If CAL is not part of the timetabled programme of study, how committed will students be to self-directed learning, especially if such study is not directly assessed? How willing are academic staff to embrace a CAL package which has been produced at another department and which may not entirely complement existing course presentations?

Programmes of study are periodically reviewed, though to a variable extent and on a non-standard timescale. It may not therefore be easy to incorporate CAL into the mainstream curriculum, especially with conflicting demands on curriculum time from the constant expansion in subject knowledge base.

There is a proposal to change the pharmacy degree courses in the UK from a three-year to a four-year course of study. This is, in part, to bring the UK in line with pharmacy programmes in Europe.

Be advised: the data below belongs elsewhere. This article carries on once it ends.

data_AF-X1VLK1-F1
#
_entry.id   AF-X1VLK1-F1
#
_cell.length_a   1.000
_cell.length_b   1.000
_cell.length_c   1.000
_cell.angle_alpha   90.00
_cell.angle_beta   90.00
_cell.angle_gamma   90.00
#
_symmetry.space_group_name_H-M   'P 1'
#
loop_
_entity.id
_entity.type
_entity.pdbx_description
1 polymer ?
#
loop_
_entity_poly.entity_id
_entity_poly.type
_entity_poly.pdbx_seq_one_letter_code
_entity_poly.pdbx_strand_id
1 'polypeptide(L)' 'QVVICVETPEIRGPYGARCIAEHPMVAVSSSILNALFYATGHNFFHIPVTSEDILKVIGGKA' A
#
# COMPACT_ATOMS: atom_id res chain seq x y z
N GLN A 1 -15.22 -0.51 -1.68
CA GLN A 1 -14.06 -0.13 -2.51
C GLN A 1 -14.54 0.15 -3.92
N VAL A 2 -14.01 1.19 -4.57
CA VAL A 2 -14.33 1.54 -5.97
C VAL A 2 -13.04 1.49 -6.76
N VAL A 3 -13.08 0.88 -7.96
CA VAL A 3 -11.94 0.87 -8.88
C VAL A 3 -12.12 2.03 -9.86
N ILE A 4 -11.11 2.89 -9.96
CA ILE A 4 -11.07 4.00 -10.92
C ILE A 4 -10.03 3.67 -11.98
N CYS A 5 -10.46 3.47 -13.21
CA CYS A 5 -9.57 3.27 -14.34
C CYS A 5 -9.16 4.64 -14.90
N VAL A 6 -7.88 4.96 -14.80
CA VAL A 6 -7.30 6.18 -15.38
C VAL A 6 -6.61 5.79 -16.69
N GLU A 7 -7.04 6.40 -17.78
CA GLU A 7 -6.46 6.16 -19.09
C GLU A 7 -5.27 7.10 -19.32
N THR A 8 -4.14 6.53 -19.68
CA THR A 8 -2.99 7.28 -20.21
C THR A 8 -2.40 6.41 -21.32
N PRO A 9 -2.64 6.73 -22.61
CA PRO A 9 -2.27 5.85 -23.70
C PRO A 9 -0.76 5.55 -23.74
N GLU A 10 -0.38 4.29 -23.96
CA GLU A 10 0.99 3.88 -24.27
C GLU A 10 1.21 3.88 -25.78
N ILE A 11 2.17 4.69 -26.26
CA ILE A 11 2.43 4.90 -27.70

This would require all UK schools of pharmacy to undergo a radical course review exercise and would provide an ideal opportunity for a planned integration of CAL into undergraduate programmes of study.

With most TLTP1 programmes entering their third year, it is time to reflect on the opportunities presented by the establishment of the initiative.

Some might simply perceive this as being a means to reducing costs in higher education by replacing staff and laboratory facilities with CAL programmes.

A more optimistic view is that it is an opportunity to provide a fully-integrated, high technology platform for face-to-face and self-directed learning.

In the short term, the pharmacy consortium believes the initiative has been highly successful. based on comments from staff and students.

In the longer term, success may be judged on the extent to which some of the issues raised in this article are fulfilled.

The indications are that the short-term gains by PCCAL will be translated into a successful long-term strategy for pharmacy education. However, this will depend on financial support of this venture through continued TLTP funding.

David R. Mottram is reader in pharmacy practice at Liverpool John Moores University.

This article is based on a paper first published in The Pharmaceutical Journal (Educational and Careers supplement, Pharm.J. 1994, 253, E15-E16).